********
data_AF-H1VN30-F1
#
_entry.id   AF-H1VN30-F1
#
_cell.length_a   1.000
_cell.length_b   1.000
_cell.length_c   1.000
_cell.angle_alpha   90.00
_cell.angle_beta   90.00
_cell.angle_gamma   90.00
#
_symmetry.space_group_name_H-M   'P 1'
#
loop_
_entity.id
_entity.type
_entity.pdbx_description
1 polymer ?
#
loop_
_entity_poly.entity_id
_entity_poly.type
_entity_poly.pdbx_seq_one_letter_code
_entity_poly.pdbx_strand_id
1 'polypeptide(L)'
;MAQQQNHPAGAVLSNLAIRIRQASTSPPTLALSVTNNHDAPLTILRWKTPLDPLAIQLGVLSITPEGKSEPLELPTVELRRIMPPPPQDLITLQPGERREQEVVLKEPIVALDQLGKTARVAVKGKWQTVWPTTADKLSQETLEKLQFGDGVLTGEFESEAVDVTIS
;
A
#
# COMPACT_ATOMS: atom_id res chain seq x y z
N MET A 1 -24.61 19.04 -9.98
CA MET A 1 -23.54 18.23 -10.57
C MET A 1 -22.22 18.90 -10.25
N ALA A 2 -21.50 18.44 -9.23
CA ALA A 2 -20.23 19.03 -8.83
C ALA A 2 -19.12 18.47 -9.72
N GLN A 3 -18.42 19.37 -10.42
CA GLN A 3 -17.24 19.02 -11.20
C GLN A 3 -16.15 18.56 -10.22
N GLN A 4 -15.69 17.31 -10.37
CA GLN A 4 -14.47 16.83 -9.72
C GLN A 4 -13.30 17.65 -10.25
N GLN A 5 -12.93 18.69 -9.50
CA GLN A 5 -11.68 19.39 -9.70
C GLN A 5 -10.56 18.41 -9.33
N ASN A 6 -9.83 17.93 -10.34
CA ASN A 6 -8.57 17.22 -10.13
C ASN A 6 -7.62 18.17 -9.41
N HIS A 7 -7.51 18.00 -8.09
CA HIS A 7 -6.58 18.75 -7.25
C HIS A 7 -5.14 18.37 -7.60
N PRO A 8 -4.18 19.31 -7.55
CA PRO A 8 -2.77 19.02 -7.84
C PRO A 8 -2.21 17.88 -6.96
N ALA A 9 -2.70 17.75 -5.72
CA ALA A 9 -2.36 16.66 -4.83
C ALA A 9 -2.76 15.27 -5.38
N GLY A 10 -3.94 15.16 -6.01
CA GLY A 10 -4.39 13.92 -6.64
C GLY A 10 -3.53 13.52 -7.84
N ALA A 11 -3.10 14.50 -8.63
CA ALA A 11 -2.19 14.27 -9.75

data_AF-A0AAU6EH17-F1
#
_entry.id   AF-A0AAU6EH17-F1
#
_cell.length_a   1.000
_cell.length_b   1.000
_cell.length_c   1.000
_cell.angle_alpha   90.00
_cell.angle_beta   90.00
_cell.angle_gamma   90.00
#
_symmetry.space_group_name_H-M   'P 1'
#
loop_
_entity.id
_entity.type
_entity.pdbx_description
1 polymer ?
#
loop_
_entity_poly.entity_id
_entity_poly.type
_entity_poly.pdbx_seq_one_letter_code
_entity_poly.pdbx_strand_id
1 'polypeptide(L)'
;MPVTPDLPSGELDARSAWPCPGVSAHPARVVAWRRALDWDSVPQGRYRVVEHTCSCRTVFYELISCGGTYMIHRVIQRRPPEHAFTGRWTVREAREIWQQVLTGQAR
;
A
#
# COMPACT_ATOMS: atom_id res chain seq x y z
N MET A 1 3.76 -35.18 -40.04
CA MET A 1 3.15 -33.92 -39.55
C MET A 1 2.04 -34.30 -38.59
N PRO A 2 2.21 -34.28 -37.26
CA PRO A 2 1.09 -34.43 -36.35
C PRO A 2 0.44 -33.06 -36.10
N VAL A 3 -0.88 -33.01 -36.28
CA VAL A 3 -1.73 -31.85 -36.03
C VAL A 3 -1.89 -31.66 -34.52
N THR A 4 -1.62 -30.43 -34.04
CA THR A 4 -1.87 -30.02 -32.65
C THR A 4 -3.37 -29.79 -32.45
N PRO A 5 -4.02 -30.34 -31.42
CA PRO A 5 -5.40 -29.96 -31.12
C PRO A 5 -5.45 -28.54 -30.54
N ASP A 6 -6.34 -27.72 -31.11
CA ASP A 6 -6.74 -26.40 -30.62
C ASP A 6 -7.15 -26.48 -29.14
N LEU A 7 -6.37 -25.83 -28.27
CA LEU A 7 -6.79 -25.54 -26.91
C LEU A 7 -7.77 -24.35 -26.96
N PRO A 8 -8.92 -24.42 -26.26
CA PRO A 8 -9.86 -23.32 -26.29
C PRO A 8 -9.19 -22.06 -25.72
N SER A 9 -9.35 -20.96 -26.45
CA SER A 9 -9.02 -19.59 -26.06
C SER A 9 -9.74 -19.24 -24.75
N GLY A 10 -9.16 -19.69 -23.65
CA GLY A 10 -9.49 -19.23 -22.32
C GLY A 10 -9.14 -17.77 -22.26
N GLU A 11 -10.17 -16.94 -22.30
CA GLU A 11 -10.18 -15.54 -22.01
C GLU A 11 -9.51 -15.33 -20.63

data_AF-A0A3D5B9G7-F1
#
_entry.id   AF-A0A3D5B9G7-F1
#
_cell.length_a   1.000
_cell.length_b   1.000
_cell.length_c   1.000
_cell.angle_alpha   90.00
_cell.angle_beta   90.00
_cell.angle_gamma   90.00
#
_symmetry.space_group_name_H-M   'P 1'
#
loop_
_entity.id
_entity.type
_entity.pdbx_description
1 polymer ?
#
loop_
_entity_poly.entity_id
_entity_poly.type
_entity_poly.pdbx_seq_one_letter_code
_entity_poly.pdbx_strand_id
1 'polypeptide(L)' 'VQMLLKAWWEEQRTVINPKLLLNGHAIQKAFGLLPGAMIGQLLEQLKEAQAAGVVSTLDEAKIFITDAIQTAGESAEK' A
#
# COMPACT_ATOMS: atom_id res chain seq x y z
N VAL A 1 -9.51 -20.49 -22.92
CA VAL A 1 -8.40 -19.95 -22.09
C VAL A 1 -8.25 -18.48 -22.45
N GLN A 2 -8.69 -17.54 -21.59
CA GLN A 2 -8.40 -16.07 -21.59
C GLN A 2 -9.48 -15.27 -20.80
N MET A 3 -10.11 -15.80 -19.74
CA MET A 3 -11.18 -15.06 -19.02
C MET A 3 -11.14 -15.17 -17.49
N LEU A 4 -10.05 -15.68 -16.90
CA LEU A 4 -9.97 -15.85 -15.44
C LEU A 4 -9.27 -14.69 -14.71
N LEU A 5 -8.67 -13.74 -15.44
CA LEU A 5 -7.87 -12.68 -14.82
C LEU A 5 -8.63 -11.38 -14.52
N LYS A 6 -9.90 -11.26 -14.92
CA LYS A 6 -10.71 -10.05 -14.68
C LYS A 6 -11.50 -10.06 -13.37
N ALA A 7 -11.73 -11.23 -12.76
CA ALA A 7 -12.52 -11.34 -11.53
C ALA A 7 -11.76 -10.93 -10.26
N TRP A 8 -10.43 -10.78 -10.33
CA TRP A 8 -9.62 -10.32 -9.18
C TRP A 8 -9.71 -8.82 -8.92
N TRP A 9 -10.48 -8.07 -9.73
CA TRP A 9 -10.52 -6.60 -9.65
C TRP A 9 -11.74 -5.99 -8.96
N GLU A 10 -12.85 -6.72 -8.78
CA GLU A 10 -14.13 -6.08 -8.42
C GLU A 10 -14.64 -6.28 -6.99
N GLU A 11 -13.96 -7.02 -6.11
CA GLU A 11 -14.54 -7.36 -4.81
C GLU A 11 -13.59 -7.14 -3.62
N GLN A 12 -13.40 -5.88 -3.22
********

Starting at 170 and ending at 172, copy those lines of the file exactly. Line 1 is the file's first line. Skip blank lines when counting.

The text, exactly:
C LYS A 6 -11.50 -10.06 -13.37
N ALA A 7 -11.73 -11.23 -12.76
CA ALA A 7 -12.52 -11.34 -11.53